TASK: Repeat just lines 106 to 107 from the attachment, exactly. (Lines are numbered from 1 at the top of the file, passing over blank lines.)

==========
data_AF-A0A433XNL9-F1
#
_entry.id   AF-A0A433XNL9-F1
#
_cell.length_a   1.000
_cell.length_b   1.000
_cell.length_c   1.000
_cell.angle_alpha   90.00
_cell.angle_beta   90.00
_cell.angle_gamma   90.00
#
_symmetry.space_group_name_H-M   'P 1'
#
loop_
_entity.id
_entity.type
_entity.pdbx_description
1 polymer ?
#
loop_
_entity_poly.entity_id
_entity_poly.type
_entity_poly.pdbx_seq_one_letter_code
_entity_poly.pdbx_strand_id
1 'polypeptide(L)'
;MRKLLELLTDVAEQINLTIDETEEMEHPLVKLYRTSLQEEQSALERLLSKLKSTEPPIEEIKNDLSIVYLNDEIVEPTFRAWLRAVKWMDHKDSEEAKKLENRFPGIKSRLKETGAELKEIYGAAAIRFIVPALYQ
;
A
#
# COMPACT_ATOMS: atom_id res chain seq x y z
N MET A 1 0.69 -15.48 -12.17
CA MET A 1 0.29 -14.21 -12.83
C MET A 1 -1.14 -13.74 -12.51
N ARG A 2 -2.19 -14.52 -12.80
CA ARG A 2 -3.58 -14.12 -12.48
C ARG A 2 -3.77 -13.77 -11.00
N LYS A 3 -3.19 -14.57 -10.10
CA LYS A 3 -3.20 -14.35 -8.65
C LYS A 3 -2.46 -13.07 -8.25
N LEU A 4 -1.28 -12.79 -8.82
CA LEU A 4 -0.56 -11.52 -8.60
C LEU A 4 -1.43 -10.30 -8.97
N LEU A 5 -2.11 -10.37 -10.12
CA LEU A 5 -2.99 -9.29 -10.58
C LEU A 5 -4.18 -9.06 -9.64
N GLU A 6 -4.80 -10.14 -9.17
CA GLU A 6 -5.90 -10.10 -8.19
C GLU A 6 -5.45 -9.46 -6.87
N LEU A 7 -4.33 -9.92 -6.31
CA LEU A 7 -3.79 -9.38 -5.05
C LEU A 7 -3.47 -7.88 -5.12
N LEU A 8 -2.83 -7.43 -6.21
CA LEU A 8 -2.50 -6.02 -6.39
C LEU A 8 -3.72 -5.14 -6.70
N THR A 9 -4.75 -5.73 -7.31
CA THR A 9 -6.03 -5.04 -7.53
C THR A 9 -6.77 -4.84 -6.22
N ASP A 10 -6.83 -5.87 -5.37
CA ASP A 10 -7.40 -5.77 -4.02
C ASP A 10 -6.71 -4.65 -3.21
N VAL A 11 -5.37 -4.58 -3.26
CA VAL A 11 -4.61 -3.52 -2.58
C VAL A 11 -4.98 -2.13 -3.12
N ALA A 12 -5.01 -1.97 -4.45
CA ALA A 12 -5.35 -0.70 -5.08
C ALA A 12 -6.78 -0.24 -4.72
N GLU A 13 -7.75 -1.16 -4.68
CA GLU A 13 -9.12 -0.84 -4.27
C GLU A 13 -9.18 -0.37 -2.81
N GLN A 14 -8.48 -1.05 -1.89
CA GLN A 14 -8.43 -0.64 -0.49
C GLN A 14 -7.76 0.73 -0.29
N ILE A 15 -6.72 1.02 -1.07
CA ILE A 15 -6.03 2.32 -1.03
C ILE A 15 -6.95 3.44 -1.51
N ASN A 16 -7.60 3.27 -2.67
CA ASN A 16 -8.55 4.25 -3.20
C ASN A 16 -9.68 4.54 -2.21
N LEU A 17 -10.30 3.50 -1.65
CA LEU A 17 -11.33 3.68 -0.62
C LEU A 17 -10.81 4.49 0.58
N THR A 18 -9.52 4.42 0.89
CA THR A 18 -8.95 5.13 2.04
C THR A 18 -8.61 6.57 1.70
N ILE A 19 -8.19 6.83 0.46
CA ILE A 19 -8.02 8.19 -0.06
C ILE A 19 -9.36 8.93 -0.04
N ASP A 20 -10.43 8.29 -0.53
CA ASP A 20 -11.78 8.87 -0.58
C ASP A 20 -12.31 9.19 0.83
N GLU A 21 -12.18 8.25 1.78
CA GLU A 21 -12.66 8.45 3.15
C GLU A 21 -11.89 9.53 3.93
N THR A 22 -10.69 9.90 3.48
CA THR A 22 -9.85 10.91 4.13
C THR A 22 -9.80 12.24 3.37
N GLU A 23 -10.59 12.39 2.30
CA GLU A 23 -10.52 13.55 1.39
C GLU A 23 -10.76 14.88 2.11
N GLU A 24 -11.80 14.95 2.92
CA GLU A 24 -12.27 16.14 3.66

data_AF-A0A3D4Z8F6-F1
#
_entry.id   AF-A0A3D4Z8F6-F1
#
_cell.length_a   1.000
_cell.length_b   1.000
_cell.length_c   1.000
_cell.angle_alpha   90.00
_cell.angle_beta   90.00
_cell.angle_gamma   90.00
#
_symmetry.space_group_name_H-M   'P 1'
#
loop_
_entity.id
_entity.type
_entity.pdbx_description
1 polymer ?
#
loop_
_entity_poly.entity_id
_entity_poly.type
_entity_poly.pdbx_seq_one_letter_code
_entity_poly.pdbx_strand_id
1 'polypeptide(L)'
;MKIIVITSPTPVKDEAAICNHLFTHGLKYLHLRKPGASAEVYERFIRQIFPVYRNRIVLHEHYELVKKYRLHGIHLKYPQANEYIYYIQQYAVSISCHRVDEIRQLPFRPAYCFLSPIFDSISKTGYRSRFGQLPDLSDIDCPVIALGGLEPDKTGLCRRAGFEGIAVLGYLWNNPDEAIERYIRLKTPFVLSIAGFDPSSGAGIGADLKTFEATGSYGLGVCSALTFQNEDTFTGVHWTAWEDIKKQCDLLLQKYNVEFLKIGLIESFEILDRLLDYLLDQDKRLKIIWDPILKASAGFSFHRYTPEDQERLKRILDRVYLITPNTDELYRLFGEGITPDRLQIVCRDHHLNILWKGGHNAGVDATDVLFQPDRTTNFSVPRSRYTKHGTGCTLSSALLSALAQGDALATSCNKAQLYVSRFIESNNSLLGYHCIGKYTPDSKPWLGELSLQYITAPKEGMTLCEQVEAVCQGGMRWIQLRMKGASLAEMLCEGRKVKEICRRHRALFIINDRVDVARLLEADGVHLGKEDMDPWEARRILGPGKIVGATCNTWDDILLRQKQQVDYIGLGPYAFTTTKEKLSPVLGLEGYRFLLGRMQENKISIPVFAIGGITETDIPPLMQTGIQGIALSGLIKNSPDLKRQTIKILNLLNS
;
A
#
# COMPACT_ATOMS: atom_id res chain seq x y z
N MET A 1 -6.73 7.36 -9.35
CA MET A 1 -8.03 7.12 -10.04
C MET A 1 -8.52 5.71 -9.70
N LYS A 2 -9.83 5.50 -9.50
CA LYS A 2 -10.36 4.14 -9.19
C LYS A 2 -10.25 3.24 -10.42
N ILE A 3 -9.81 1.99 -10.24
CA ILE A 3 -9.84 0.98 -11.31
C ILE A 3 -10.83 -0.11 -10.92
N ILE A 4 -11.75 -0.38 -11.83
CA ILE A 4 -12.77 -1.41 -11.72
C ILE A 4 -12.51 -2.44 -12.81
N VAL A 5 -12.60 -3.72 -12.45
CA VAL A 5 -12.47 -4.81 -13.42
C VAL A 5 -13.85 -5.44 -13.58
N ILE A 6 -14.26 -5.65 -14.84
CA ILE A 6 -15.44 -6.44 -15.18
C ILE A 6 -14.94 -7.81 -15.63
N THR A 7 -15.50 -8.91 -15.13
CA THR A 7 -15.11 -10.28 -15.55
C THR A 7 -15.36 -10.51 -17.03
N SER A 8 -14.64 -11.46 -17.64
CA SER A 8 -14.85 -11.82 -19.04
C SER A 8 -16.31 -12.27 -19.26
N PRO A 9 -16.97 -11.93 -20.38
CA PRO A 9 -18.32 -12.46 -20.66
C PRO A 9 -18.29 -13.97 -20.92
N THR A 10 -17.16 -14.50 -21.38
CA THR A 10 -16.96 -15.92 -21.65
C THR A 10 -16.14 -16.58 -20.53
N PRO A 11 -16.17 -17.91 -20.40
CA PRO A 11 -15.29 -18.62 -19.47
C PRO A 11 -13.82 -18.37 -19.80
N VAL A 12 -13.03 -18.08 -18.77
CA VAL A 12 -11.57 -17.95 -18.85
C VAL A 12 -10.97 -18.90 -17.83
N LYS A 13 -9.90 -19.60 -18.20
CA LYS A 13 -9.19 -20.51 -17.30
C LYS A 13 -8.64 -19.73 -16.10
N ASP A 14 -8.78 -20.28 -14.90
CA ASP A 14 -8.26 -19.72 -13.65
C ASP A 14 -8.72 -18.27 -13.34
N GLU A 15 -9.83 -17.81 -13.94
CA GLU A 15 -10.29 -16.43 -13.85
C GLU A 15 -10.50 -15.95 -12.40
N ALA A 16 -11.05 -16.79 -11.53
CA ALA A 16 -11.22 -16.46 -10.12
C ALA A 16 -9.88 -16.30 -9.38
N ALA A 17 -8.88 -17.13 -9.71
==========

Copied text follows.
_cell.length_a   1.000
_cell.length_b   1.000